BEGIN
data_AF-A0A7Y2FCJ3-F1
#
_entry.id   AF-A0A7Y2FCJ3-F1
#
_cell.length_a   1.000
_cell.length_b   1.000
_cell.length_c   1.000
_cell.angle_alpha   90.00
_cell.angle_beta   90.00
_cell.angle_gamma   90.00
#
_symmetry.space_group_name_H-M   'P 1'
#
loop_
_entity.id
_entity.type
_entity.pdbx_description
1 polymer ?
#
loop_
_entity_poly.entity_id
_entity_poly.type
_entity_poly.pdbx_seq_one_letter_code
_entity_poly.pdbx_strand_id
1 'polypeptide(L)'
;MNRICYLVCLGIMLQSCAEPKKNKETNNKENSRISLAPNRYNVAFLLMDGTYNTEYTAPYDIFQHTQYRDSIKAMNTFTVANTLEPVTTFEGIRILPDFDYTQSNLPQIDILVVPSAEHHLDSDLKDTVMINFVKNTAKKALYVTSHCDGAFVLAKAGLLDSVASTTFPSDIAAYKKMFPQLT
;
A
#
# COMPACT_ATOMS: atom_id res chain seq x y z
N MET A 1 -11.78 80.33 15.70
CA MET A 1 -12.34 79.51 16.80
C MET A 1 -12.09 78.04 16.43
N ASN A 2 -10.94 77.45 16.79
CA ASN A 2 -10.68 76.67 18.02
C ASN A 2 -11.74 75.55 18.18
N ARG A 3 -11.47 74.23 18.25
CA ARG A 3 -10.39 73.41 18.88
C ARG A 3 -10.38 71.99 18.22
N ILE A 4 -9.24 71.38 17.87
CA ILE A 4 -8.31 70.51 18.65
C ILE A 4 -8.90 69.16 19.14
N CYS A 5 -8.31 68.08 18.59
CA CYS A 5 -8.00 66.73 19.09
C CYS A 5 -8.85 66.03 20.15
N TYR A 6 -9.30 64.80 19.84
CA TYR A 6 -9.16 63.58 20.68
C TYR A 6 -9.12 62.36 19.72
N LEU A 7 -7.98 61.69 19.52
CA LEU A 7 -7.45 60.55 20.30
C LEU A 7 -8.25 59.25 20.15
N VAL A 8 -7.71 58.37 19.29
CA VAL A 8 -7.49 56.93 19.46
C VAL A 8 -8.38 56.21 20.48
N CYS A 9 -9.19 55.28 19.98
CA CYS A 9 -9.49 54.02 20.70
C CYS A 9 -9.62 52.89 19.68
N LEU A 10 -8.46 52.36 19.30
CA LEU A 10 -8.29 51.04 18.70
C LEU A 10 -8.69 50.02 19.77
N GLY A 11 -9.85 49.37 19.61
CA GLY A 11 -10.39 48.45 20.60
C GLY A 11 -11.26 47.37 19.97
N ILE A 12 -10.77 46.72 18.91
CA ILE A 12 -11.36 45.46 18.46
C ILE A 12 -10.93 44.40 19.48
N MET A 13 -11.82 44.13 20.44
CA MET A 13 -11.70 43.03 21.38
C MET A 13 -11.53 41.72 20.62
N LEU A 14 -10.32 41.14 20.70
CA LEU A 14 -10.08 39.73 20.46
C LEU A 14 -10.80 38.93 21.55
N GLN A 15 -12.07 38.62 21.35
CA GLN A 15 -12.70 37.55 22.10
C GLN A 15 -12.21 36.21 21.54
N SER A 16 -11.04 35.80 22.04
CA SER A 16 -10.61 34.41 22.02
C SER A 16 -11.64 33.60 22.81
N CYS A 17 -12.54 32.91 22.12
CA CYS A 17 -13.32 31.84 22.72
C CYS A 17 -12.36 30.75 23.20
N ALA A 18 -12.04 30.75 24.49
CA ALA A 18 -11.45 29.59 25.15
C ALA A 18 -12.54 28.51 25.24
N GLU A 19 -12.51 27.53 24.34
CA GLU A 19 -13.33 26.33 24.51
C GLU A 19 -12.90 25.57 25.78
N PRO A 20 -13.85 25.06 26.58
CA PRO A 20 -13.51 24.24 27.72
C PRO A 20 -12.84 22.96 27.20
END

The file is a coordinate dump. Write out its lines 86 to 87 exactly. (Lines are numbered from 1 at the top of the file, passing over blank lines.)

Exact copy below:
CA GLU A 19 -13.33 26.33 24.51
C GLU A 19 -12.90 25.57 25.78